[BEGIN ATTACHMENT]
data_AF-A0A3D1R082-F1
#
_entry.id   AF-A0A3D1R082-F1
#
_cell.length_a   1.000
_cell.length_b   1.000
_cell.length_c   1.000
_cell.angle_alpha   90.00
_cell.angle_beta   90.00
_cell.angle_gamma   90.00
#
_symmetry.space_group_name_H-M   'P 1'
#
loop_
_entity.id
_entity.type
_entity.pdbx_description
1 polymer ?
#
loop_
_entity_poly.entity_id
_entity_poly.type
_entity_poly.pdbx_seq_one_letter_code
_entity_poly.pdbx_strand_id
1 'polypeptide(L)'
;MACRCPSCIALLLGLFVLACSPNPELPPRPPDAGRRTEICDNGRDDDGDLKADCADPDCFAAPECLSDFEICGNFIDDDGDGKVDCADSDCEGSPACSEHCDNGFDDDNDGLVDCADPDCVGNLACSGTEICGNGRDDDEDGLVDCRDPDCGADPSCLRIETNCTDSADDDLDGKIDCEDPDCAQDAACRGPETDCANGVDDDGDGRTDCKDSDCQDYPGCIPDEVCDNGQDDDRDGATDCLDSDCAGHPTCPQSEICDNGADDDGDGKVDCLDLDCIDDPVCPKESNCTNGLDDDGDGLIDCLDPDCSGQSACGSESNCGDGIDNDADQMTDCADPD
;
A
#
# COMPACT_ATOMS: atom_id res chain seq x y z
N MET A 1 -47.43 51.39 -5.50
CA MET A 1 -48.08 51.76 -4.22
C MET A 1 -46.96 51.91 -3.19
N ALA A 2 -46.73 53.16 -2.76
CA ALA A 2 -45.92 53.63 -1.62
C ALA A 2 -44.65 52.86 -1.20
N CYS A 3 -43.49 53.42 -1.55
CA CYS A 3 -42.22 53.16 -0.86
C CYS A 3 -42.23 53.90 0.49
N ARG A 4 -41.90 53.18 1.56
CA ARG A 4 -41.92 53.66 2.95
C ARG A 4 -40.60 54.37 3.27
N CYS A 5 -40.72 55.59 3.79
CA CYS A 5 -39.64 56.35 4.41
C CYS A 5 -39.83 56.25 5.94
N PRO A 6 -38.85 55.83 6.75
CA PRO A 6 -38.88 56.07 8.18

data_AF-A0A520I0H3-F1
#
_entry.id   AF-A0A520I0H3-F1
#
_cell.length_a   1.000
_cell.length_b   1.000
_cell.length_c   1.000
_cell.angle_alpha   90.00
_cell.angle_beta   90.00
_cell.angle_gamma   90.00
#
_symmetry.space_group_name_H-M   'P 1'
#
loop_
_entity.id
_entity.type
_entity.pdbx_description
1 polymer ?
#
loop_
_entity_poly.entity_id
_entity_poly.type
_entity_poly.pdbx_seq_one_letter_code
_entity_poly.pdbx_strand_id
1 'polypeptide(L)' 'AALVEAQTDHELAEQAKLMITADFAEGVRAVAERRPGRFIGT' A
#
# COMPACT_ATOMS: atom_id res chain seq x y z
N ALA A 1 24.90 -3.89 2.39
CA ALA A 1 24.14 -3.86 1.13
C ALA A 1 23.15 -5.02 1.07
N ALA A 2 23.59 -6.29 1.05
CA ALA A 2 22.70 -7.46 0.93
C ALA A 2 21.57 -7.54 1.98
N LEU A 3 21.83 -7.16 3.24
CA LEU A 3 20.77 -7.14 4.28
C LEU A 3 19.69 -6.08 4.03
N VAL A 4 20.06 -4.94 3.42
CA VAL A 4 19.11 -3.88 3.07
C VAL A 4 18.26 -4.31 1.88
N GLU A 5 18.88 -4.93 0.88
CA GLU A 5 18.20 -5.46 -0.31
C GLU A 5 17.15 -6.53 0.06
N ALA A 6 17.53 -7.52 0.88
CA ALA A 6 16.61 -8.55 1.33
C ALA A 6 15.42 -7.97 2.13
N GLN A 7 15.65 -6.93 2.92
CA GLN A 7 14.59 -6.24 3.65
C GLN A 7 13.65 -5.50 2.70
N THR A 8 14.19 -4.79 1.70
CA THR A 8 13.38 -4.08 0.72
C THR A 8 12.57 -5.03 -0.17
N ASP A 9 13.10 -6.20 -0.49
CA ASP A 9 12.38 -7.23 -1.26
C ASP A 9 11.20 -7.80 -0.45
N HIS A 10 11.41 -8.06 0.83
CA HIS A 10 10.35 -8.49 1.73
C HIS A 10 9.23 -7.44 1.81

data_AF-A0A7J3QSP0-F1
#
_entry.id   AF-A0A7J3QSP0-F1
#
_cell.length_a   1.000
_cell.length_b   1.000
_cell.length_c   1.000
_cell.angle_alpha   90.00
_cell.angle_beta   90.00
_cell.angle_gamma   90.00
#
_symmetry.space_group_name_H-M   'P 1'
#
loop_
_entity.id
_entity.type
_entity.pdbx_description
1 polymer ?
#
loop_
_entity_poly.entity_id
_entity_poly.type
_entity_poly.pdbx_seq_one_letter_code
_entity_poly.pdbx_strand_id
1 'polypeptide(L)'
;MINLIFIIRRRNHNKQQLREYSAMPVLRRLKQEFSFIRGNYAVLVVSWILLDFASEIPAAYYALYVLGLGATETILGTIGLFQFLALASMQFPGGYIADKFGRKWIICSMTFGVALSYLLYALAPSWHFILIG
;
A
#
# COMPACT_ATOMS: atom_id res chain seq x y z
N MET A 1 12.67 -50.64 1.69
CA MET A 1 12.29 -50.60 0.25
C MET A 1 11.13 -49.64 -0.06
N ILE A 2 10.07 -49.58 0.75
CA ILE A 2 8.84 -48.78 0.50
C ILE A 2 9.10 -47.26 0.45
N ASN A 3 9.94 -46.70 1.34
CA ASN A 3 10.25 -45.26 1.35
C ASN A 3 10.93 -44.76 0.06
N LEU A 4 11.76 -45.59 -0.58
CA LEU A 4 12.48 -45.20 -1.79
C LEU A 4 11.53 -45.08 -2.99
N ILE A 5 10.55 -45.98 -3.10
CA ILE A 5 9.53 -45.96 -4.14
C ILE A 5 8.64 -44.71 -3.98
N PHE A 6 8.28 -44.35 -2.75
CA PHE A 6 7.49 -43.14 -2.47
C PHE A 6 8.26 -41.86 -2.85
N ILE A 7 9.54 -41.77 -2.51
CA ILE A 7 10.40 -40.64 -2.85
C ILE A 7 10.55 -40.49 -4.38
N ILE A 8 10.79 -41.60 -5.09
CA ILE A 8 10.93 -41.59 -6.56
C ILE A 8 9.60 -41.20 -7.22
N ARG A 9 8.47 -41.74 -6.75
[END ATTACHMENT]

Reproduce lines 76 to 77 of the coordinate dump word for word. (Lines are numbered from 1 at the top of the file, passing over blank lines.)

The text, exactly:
CA ALA A 1 24.14 -3.86 1.13
C ALA A 1 23.15 -5.02 1.07